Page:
Adm. H. G. Rickover took the occasion of a recent White House ceremony honoring him to shoot at his favorite targets one more time, reportedly stunning President Reagan in the process.

Rickover, administration sources said yesterday, had been invited to the White House Jan. 8 to receive the thanks of Reagan, Defense Secretary Caspar W. Weinberger and Navy Secretary John F. Lehman Jr. for his contributions over 60 years as a naval officer, especially in helping make the nuclear Navy a reality.

But Rickover, who at 82 is being retired against his will this month, decided against following the usual practice of humbly taking the plaudits of the government's highest officials. He used the occasion instead, sources said, to fire anew at his old demons, including shipbuilders and civilian policy makers--most particularly Lehman.

The Navy secretary was the one who had recommended that Rickover be replaced this time rather than be extended on active duty for another two years.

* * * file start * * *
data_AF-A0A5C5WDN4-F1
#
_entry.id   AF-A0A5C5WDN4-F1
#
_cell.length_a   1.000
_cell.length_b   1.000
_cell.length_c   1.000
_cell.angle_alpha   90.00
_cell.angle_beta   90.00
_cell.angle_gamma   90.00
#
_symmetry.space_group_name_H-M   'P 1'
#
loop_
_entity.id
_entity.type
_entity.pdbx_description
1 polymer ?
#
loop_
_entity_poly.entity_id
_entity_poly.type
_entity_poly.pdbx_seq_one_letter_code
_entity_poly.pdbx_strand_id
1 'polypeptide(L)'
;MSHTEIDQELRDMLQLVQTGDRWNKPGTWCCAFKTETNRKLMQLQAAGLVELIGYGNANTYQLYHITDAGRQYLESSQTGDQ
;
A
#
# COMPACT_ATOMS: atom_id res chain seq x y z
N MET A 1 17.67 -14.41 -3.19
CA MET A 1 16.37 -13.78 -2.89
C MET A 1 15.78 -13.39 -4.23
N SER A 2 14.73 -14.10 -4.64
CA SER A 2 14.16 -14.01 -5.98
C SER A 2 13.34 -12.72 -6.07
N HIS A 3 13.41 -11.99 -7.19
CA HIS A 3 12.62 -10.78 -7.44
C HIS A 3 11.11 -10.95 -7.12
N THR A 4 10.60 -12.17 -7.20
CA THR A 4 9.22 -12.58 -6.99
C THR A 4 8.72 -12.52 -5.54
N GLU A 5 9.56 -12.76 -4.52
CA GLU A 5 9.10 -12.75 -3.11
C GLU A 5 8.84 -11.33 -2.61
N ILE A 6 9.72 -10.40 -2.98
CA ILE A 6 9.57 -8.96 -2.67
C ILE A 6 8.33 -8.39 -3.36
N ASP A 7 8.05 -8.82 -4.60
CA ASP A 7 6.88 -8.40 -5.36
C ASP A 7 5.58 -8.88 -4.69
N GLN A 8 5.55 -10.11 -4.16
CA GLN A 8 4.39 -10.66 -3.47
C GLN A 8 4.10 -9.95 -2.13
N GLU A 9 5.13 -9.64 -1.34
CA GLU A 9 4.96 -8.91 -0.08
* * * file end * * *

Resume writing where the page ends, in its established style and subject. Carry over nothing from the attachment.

Rickover himself declined through a Navy spokesman to make any comment about his performance.

Rickover's replacement is expected to be Vice Adm. Kinnaird R. McKee, 52. McKee is out of the Rickover nuclear submarine Navy but is portrayed as far more in tune with today's officers than was his mentor. McKee served as superintendent of the Naval Academy from 1975 to 1978 and is stationed at the Pentagon as director of naval warfare.

Navy sources said there were fierce arguments behind-the-scenes about how Rickover's two jobs should be structured in the future, with one idea to put the next director of nuclear propulsion directly under the chief of naval operations instead of running an office within the Naval Sea Systems Command located outside the Pentagon in an office complex in Crystal City, Va.

However, it appears Rickover's successor will hold both of his old jobs, director of Navy nuclear propulsion and head of civilian reactor programs within the civilian Energy Department.

Rickover was able to build his power base in Congress partly because he wore those two hats at once. He was both "Adm. Rickover" and "Mr. Rickover," and could use one position to strengthen his hand in the other. Critics complained that under that setup he could even order himself to do something he himself wanted done.

Adm. Thomas B. Hayward, chief of naval operations, was asked recently whether he considered Rickover's independent behavior as an acceptable role model for Navy officers. "Rickover would tell you the same thing he told me," Hayward replied, "that there's room for only one Rickover."

Apparently the White House ceremony made a believer out of the president.